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is it correct to say that to take advantage of polymorphism at runtime, all of the base class functions that will be overriden must be virtual. If they are not, then you are really utilizing polymorphism at compile time?
Do you guys use virtual sparingly, or frequently?

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Last Post by Narue
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>is it correct to say that to take advantage of polymorphism at
>runtime, all of the base class functions that will be overriden must be virtual.
Virtual member functions are how C++ supports run-time polymorphism, so it is correct to say that to take advantage of run-time polymorphism, you need to have virtual member functions for those member functions you wish to be polymorphic.[1]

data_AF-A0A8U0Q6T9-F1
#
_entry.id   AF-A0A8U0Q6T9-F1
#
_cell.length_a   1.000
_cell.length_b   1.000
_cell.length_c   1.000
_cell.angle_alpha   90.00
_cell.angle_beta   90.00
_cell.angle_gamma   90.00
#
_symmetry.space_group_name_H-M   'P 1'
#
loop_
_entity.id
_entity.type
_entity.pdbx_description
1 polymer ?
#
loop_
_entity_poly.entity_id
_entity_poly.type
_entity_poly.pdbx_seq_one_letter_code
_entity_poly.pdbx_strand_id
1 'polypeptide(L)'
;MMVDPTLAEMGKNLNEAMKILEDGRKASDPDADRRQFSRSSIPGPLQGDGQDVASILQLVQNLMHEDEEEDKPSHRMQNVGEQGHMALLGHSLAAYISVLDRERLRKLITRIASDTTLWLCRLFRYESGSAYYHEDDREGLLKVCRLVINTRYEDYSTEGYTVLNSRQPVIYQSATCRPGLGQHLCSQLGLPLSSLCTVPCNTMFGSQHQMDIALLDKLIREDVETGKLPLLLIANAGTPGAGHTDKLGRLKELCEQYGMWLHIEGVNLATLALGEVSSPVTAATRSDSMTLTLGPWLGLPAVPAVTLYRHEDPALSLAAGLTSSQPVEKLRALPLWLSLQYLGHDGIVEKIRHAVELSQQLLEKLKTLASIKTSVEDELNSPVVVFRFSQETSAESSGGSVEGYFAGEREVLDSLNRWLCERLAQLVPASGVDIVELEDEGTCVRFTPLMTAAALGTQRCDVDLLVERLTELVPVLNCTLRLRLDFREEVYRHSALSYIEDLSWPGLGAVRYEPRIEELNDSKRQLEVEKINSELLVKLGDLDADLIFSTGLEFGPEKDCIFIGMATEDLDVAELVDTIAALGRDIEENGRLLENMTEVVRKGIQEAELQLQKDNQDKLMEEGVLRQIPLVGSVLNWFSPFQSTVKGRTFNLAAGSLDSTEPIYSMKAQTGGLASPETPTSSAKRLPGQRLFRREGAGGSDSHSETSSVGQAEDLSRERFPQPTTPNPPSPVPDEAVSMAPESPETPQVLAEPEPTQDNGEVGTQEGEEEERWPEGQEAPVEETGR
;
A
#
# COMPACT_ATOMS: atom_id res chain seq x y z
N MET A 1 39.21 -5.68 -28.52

>If they are not, then you are really utilizing polymorphism at compile time?
It's generally more accurate to say that virtual member functions allow run-time polymorphism and templates allow compile time polymorphism. If you try to use run-time polymorphism but failed to define any virtual member functions, the result simply won't be polymorphic at all.

>Do you guys use virtual sparingly, or frequently?
I use inheritance very rarely, but when I do it's nearly always to implement an abstract interface, which results in at least one virtual member function.

[1] Narue uses big words and long sentences. Deal with it.

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